Dear Followers, Friends, fellow Workers:

I have just begun a new blog/zine called
Chirot Zero Zine A Heap of Rubble--
Anarkeyology of hand eye ear notations
the blog is more exusively concerned than this one with presenting essays, reviews (inc. "bad reviews") , Visual Poetry, Sound Poetry, Event Scores, Manifestos, Manifotofestos, rantin' & raving, rock'roll, music all sorts--by myself and others--if you are interested in being a contributor, please feel free to contact me at
as with this blog, the arts are investigated as a part of rather than apart from the historical, economic, political actualities of yesterday, today, & tomorrow
as with al my blogs--
contributions in any language are welcome

Free Leonard Peltier

Free Leonard Peltier
The government under pretext of security and progress, liberated us from our land, resources, culture, dignity and future. They violated every treaty they ever made with us. I use the word “liberated” loosely and sarcastically, in the same vein that I view the use of the words “collateral damage” when they kill innocent men, women and children. They describe people defending their homelands as terrorists, savages and hostiles . . . My words reach out to the non-Indian: Look now before it is too late—see what is being done to others in your name and see what destruction you sanction when you say nothing. --Leonard Peltier, Annual Message January 2004 (Leonard Peltier is now serving 31st year as an internationally recognized Political Prisoner of the United States Government)

Injustice Continues: Leonard Peltier Again Denied Parole

# Injustice continues: Leonard Peltier denied parole‎ - By Mahtowin A wave of outrage swept the progressive community worldwide at the news that Native political prisoner Leonard Peltier was denied parole on Aug. ... Workers World - 2 related articles » US denies parole to American Indian activist Leonard Peltier‎ - AFP - 312 related articles » # Free Leonard Peltier 2009 PRISON WRITINGS...My Life Is My Sun Dance Leonard Peltier © 1999. # Prison Writings: My Life Is My Sun Dance - by Leonard Peltier, Harvey Arden - 2000 - Biography & Autobiography - 272 pages Edited by Harvey Arden, with an Introduction by Chief Arvol Looking Horse, and a Preface by former Attorney General Ramsey Clark. In 1977, Leonard Peltier... - # Leonard Peltier, American Indian Activist, Denied Parole And Won't ... Aug 21, 2009 ... BISMARCK, ND — American Indian activist Leonard Peltier, imprisoned since 1977 for the deaths of two FBI agents, has been denied parole ... - Cached - Similar - #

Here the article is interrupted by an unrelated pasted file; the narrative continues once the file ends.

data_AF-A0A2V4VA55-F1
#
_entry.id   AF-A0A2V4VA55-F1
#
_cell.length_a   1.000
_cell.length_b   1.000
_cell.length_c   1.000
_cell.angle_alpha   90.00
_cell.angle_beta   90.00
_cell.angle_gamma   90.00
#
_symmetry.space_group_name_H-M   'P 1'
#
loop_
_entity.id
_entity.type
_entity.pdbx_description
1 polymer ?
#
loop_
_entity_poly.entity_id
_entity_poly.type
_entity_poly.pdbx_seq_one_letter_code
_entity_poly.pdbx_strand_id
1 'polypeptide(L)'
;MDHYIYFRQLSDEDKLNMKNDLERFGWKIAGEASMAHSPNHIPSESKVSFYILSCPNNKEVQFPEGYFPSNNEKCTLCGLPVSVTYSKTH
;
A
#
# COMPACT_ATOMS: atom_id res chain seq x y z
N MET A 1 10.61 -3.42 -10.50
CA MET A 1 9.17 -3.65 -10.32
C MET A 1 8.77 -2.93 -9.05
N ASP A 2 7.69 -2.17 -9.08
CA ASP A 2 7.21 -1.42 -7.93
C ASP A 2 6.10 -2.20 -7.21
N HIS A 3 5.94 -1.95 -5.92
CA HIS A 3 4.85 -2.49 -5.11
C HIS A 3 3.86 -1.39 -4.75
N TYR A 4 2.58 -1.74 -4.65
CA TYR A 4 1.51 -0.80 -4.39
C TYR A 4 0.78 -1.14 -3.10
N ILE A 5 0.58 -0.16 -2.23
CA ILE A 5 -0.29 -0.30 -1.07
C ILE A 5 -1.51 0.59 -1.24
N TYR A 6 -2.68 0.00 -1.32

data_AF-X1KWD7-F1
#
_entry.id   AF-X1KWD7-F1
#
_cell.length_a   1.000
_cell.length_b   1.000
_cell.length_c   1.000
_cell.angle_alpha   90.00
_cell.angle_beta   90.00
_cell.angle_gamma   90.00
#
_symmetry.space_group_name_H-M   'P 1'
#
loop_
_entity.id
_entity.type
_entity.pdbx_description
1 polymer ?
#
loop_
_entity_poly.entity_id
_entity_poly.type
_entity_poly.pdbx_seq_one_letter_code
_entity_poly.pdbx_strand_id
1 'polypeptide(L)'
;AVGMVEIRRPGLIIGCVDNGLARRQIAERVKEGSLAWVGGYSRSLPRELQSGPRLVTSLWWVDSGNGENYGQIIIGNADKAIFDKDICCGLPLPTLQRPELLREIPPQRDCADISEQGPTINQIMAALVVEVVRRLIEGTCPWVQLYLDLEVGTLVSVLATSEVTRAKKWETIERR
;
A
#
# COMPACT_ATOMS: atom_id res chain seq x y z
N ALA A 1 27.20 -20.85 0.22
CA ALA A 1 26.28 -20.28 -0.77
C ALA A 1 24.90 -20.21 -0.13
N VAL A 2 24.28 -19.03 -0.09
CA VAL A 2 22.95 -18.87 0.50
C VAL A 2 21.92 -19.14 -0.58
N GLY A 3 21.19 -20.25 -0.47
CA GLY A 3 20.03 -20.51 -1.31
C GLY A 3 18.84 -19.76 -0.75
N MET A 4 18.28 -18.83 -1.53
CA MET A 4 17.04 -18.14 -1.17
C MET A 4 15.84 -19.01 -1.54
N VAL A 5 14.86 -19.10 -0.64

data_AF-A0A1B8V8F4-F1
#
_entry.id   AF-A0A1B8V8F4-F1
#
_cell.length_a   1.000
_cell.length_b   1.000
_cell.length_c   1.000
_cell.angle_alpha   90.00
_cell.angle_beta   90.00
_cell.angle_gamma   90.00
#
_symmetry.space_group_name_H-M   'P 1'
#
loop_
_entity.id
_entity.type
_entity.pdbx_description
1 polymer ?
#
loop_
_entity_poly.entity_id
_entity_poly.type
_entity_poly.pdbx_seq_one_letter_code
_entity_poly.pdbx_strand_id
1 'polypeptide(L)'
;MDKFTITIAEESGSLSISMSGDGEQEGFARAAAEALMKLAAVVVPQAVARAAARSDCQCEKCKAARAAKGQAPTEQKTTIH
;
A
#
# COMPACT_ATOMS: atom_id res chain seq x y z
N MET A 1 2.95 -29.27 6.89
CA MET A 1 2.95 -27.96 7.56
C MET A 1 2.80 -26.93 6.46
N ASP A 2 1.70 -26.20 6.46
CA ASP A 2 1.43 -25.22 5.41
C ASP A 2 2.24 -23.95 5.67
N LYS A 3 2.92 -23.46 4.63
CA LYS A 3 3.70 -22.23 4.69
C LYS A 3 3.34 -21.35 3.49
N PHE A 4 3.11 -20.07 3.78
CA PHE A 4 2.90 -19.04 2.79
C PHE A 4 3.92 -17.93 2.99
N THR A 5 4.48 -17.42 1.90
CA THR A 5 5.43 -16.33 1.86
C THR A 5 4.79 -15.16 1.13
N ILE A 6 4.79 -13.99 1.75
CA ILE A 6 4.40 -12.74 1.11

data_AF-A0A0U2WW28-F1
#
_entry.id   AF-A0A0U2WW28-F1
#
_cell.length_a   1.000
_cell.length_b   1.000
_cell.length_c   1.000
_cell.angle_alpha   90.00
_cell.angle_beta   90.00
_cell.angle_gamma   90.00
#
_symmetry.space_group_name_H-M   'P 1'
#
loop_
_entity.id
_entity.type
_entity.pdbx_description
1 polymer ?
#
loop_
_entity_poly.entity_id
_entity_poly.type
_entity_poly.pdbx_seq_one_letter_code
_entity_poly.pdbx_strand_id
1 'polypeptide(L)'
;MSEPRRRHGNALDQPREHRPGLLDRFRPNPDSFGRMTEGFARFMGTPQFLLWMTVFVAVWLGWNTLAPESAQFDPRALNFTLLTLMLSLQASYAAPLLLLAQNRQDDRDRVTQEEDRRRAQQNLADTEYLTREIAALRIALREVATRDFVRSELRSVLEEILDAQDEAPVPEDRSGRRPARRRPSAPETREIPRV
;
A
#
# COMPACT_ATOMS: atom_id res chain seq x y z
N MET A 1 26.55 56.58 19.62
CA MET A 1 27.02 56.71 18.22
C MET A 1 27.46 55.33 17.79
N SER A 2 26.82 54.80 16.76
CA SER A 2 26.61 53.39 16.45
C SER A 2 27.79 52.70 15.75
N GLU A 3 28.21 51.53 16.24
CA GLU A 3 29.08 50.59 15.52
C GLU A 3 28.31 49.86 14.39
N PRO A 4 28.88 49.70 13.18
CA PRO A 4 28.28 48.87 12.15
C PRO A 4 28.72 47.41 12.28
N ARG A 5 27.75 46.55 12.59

Gaza--War Crime: Collective Punishment of 1.5 Million Persons--Recognized as "The World's Largest Concentration Camp"

Number of Iraquis Killed Since USA 2003 Invasion began

Just Foreign Policy Iraqi Death Estimator

US & International Personnel losses in Iraq &Afghanistan; Costs of the 2 Wars to US

Number of U.S. Military Personnel Sacrificed (Officially acknowledged) In America's War On Iraq: 4,667

Number Of International Occupation Force Troops Slaughtered In Afghanistan : 1,453


Cost of War in Iraq


Cost of War in Afghanistan

The cost in your community

flickr: DEATH FROM THIS WINDOW/DOORS OF GUANTANAMO--Essays, Links, Video-- US use of Torture

VISUAL POETRY/MAIL ART CALL Cracking World’s Walls & Codes Concrete & Virtual

Cracking World’s Walls & Codes Concrete & Virtual

No Sieges, Tortures, Starvation & Surveillance
Deadline/Fecha Limite: SinsLimite/ongoing
Size: No limit/Sin Limite
No Limit on Number of Works sent
No Limit on Number of Times New Works Are Sent
Documentation: on my blog
David Baptiste Chirot
740 N 29 #108
Milwaukee, WI 53208

Miss Universe Visits Guantanamo: 'A Loooot Of Fun!'

Miss Universe Visits Guantanamo: 'A Loooot Of Fun!'

The current 'Miss Universe' Dayana Mendoza (formerly Miss Venezuela) and 'Miss America' Crystal Stewart visited US troops stationed in Guantanamo Bay on March 20th, the New York Times reports. Here's Mendoza's account of the visit from her pageant blog last Friday. She says the trip "was a loooot of fun!"

This week, Guantánamo!!! It was an incredible experience...All the guys from the Army were amazing with us. We visited the Detainees camps and we saw the jails, where they shower, how the recreate themselves with movies, classes of art, books. It was very interesting. We took a ride with the Marines around the land to see the division of Gitmo and Cuba while they were informed us with a little bit of history.